# Tag Info

9

Basically, any type constructor * -> * that's covariant in its argument is canonically a functor. Since Applicative f is obviously covariant, so is t for the signature sequenceA :: t (f a) -> f (t a) to make sense, hence the Functor requirement is essentially redundant. But much like with the long-missing-because-unneeded Applicative => Monad ...

6

As I had a little bit of time left, I worked out an example of a Huffman tree, while playing with C# 6.0. It's not optimized (not even by far!), but it works fine as an example. And it will help you to look where your 'challenge' may arise. As my English is far better than my Scandinavian knowledge, I used English naming, I hope you don't mind. First, let's ...

6

We don't know a priori how many "hops" it takes to find a cluster center. So we'll have to do some iteration and check if we've landed on a cluster center: import numpy as np a = np.array([6, 8, 1, -1, 0, 3, -2, 4, -3, 10, 5]) for i in a: mask = a>=0 # We can stop when all the values in `a` are negative if not mask.any(): break # perform ...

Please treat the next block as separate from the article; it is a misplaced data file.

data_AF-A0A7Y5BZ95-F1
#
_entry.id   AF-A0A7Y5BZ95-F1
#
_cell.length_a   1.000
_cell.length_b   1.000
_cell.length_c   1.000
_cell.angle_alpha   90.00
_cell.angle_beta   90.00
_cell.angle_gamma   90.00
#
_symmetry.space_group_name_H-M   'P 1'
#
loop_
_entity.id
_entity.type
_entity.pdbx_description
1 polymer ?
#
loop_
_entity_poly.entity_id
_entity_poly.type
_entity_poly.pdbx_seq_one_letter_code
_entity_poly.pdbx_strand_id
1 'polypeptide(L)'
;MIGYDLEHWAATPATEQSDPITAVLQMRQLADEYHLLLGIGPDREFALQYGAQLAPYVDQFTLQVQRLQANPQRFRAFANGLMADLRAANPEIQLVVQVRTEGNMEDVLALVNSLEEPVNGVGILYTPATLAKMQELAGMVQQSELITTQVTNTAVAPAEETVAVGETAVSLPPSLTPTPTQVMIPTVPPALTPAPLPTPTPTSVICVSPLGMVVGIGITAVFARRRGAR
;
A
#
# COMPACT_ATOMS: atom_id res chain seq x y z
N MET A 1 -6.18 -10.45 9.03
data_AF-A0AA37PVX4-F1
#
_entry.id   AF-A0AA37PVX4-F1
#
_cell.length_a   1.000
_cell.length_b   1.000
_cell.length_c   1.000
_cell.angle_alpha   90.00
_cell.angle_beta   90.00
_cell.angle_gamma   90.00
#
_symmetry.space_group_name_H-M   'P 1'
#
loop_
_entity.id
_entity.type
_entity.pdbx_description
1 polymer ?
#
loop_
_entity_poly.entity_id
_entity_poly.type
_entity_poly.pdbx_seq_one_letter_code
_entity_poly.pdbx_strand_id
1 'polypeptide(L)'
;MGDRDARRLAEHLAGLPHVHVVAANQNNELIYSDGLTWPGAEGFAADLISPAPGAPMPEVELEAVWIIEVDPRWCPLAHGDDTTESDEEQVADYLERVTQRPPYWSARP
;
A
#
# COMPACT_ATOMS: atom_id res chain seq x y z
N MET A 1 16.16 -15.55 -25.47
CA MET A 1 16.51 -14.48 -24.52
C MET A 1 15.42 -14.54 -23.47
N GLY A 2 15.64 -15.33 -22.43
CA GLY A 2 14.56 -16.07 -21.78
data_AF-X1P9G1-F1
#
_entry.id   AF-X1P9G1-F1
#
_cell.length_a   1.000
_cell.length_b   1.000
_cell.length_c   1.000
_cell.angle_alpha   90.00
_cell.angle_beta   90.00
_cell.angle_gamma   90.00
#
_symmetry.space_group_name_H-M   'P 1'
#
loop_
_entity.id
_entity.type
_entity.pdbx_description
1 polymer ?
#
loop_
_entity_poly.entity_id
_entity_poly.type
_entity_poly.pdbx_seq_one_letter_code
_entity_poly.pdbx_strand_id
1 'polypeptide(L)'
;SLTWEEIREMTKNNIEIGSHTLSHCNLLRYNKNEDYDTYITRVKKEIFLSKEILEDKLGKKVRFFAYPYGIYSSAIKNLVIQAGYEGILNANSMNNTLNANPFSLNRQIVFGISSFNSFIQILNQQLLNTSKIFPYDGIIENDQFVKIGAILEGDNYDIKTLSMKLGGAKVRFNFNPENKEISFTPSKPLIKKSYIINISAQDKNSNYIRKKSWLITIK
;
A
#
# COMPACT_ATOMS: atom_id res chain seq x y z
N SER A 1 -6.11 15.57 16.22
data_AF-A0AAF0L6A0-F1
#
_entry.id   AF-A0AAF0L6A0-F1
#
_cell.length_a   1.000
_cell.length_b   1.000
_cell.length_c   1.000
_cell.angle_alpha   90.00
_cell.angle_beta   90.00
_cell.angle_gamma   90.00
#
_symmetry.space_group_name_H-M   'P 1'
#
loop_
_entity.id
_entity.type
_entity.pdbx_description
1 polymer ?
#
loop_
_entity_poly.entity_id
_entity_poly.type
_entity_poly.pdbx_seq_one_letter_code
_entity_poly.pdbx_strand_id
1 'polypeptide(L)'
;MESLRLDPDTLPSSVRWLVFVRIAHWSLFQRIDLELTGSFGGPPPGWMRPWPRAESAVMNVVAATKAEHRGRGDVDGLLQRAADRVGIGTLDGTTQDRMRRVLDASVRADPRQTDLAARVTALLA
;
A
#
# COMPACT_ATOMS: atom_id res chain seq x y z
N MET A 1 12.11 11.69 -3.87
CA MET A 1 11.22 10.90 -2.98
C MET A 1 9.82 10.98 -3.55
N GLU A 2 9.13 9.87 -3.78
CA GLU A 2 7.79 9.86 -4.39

5

If you want to exclude element in you find, you can use a not filter. As for example, I've taken you function that exclude element and made it way shorter : \$.fn.findExclude = function( Selector, Mask,){ return this.find(Selector).not(this.find(Mask).find(Selector)) } Now, ill be honest with you, I did not fully understand what you want. But, when i ...

5

You're getting confused about operators used in type signatures. Basically, the same rules from Haskell syntax hold for these: first priority is parentheses, second priority is "application", last priority is "operators". So just as you might write: f 3 + g 4 [which in mathematical terms we'd write as f(3) + g(4)], in Haskell there is a flag to enable ...